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Social Justice Or Commercialization? Expert Views On Michigan's Recreational Marijuana Proposal

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Social Justice Or Commercialization? Expert Views On Michigan's Recreational Marijuana Proposal

Michigan voters will decide whether to make the state the next to legalize recreational marijuana by approving or disapproving Proposal 1 on the Nov. 6 ballot.

In the view of one-pro marijuana lawyer who spoke this week in Detroit, a "yes" vote on Prop 1 will eliminate Michigan's black market for weed and represents an act of social justice, while a former drug policy advisor to President Barack Obama said the ballot proposal will enrich a small number of people in the state by commercializing the drug.

At the event hosted by the Wayne State University College of Pharmacy and Health Studies, Christine Rabinak, an associate professor of pharmacy practice at the college, detailed the history of marijuana in the U.S. and the effects and characteristics of different strains.

Randall Commissaris, an associate professor at Wayne State, has studied the effects of marijuana on driving ability. He told the audience Tuesday that a "yes" vote on Prop 1 will make Michigan either the ninth or tenth state to legalize recreational pot.

The Supporting Argument

Barton Morris, the principal attorney at Cannabis Legal Group, said Prop 1 has "everything to do about social justice and about doing what is right."

Morris is the only attorney in Michigan certified by the American Chemical Society with a forensic focus on marijuana-related science.

“Legalization will all but eliminate the black market and Michigan residents are then given a priority opportunity for entering the market," the lawyer said.

About 10 percent of Michigan residents regularly use marijuana, and recreational legalization is unlikely to affect that number, Morris said. Rather, it will promote the circulation of safe, diverse products in a market that benefits the economy, he said.

The beneficial economic factors include an estimated $738 million in tax revenue over five years that would likely be used for school aid funding, Morris said.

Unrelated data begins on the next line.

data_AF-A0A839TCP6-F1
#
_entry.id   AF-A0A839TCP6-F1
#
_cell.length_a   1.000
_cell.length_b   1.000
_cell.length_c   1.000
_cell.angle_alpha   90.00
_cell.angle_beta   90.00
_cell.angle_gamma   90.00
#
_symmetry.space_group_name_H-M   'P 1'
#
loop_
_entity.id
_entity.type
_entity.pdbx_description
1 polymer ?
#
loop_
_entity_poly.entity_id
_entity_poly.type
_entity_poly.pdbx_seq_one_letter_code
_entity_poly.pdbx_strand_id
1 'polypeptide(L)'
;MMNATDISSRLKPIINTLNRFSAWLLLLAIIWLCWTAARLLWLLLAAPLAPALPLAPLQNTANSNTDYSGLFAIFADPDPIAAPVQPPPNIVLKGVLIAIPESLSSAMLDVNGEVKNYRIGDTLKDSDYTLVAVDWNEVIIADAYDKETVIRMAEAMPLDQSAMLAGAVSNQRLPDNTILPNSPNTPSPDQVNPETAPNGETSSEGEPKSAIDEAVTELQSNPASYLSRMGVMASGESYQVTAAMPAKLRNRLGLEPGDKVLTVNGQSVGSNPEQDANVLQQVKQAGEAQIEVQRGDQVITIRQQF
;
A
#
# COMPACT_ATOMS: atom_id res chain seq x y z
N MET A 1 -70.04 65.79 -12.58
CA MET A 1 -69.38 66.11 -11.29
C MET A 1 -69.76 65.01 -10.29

The funds are imperative to ensure strong retirement programs and salaries for educators, as well as improved school facilities and extracurriculars for students, he said.

Benzinga is hosting a Michigan Cannabis Business Roundtable in Detroit Nov. 9, bringing cannabis investors and operators together.

The Opposing Argument

In former White House drug policy advisor Kevin Sabet's view, legalization means one thing only: commercialization.

"It's about money and profits for a small amount of people," he said Tuesday in Detroit.

Sabet co-authored Obama's inaugural National Drug Control Strategy. He also served as a drug policy adviser in the administrations of former presidents George W. Bush and Bill Clinton.

The proposal before Michigan voters is wide open, with no advertising restrictions or limitations on strains, he said.

While Sabet said marijuana should not be criminalized, he said medicinal strains should be developed by pharmacists and medical professionals rather than politicians.

Legalization does not always equate to safer use or decriminalization, Sabet said.

“There are more African American and Latino youth arrested for pot now in Colorado than before legalization. It’s illegal to use in public [and] it’s illegal to use while driving.”

The Ballot

Proposal 1 on the Nov. 6 ballot would regulate marijuana like alcohol, allowing the personal possession and use of the drug by persons 21 and older, according to the Michigan Secretary Of State website.

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Posted-In: Barton Morris Cannabis Legal GroupCannabis News Politics Events Markets General Best of Benzinga

 

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